Shortly after our marriage and my move from New York to Cleveland, Irv and I became friends with an Israeli couple. They were doctors with a small child and another on the way. I thought the woman was exquisite, looking very Israel. She thought I was such a stylish New Yorker.
I held onto my New York tastes until the day I returned from a New York weekend with an oh-so-fashionable new dress from Bloomingdale’s that I saw a few days later in Halle’s, and had to acknowledge that perhaps I had Cleveland taste.
Years went by. We raised our children as I wore jeans and informal clothing.
In spring 1998, while chaperoning then-Schechter eighth graders at Jerusalem’s Malka Mall, I fell in love with a store called Cotton and bought my first Israeli outfit – a top and skirt of shimmery cut-velvet, the height of Israeli fashion that year. With each subsequent trip to Israel, no matter the season, I returned to this store to buy pants, tops, a jacket and matching skirt, sweaters, and dresses. A relative took me to Hila on Jaffa Road for a skirt. I walked away with one in grey, with a petal-shaped over-skirt in contrasting material.
Those of us of a certain age remember the stereotyped Israeli dress of the 1950s and 1960s – a white shirt, khaki shorts, sandals and a kova tembel. Today, with an estimated 130-plus ethnic groups living within Israel’s borders, immigrants and regional styles influence and mix. While New York businesswomen are wearing black in every possible style, the Israeli clothes that beckon me are colorful in comfortable and interesting fabrics and patterns. I am attracted to the funkiness of the style – the random pocket here, the patch of print fabric on a solid skirt, the material or the cut of the hem.
The nature of Israeli dress is as informal as the society. An Israeli friend from Seattle remarked that in the United States she would never send her children to school with a spot on a shirt, but in Israel she was never so concerned. Socks with sandals? Oh, no – not in Cleveland or New York, but in Israel, of course. Cooler temperatures at the start and end of each day call for layers. Dresses or skirts over pants or over leggings of all colors and patterns, shirts of one length with shorter sweaters over skirts of another length, short pants with boots – all are the fashion.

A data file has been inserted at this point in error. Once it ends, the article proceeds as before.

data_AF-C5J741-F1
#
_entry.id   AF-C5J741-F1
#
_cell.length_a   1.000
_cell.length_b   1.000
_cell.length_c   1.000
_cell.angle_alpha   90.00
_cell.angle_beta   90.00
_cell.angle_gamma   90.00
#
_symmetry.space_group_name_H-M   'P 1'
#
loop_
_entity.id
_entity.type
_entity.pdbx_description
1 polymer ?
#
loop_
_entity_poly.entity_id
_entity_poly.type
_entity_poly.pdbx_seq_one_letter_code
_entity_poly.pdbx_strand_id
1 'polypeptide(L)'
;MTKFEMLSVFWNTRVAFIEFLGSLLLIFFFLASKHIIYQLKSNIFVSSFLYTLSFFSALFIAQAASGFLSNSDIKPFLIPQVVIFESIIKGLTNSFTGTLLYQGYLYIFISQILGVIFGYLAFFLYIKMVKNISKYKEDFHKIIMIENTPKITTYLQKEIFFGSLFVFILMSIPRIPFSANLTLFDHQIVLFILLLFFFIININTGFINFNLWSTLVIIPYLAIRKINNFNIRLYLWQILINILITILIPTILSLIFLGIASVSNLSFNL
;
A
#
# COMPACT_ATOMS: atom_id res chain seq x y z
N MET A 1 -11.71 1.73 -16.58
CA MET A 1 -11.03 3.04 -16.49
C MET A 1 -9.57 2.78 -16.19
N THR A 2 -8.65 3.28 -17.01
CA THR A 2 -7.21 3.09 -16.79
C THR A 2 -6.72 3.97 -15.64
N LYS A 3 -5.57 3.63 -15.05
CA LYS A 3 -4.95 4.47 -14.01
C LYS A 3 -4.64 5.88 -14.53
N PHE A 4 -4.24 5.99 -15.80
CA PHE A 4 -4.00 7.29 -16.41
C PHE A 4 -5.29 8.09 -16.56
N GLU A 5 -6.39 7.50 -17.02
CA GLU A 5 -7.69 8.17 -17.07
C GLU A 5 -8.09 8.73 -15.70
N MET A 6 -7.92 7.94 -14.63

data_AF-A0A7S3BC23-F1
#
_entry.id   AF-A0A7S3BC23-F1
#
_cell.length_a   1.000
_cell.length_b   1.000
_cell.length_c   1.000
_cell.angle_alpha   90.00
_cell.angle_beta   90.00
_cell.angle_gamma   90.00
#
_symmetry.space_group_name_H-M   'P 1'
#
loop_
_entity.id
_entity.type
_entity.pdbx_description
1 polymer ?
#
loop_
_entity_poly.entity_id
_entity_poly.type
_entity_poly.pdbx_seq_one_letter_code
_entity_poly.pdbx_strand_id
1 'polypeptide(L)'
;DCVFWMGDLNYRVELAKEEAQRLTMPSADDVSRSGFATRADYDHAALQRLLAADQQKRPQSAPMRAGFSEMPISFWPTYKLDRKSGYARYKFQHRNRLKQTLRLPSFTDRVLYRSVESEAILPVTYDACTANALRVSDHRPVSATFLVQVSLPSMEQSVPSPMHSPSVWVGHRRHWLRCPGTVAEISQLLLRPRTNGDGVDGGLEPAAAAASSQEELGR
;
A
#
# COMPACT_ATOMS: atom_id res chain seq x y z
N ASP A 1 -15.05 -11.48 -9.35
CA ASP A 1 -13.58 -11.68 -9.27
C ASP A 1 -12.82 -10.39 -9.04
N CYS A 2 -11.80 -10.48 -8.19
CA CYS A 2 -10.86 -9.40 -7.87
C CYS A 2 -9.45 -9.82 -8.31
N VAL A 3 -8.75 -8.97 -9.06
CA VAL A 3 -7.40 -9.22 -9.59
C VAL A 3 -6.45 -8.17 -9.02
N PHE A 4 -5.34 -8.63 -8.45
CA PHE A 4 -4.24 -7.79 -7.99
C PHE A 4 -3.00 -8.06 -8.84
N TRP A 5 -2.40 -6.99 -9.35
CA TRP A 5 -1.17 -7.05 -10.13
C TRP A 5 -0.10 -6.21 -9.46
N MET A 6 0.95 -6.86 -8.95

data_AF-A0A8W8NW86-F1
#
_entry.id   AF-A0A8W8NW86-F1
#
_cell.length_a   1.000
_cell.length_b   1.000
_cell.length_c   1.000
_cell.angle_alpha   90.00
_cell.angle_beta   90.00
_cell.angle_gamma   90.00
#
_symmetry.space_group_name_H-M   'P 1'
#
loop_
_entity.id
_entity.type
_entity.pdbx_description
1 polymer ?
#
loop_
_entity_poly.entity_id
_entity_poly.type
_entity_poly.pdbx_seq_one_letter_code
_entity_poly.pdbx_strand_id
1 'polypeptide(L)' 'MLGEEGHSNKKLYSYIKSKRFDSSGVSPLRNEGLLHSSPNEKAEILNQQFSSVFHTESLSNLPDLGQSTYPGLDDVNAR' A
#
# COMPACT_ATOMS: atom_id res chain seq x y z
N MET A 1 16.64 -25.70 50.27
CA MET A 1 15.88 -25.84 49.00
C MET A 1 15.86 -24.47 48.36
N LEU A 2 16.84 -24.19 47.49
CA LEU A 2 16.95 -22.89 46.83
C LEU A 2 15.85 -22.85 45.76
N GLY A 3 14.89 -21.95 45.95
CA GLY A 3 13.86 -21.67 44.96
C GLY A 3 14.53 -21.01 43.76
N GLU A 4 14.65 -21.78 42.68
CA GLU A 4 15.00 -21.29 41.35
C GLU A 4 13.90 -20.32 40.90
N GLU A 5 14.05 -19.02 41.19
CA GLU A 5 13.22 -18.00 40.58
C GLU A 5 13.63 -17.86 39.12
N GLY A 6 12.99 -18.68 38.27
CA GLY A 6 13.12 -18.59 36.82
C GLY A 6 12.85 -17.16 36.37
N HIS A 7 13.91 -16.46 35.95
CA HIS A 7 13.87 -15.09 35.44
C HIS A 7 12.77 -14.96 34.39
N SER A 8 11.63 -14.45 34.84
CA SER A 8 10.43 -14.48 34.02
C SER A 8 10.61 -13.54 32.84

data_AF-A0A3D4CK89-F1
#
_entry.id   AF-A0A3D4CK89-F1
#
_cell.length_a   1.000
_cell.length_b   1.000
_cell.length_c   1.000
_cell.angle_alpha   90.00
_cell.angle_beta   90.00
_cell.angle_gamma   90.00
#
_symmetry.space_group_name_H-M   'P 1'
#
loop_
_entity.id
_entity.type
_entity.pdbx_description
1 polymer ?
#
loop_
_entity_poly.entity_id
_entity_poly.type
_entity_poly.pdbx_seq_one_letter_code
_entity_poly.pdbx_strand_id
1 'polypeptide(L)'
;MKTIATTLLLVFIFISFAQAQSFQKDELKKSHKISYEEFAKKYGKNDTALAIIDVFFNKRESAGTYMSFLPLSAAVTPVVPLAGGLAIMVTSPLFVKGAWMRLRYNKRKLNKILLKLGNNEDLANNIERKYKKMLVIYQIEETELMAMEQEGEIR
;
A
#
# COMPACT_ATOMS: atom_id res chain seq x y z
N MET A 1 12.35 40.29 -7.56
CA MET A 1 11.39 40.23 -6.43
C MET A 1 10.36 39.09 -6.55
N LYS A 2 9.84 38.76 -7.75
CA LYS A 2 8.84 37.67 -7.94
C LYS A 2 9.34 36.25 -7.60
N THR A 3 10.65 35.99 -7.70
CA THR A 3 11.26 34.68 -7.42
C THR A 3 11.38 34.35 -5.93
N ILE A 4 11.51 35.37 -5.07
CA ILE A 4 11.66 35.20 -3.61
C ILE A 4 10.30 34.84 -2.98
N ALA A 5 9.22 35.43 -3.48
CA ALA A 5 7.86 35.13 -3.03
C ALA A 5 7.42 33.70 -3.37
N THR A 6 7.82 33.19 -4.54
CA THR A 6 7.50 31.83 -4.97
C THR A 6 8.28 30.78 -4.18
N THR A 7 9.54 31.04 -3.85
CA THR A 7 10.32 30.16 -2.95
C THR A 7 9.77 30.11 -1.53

In Israeli synagogues, rare is the man in a suit. While some women at our Modern Orthodox synagogue wear hats, a simple scarf partially covering the hair, a small flowered headband, or a handcrafted lacey band from a mall kiosk or King George Street are seen more and more.
Our first winter in Jerusalem, I tried out the hatless style with the purchase of a lacy scarf and contrasting thin hair band to wear together or apart. Growing more comfortable the following year, I added a lace band with a flower, and last year a big red flower on a simple headband. Bolder still, I am learning to shape a small rolled scarf around my Shabbat hairdo.
Although Cotton has moved to Ein Kerem, an hour’s ride away on two buses, I travel the distance to savor the fashion.
To my Israeli doctor friend, I am still that stylish New Yorker – and now Israeli, too. As the Israeli poet Zelda wrote,
“Everyone has a name/given by God
And given by father and mother
Everyone has a name
Given by one’s stature and smile
And given by the cut of one’s clothes …”
Shabbat shalom and shana tova.
Julie Jaslow Auerbach, a Jewish educator who lives part of the year in Jerusalem and part of the year in Shaker Heights, writes regularly about life in Israel for the Cleveland Jewish News.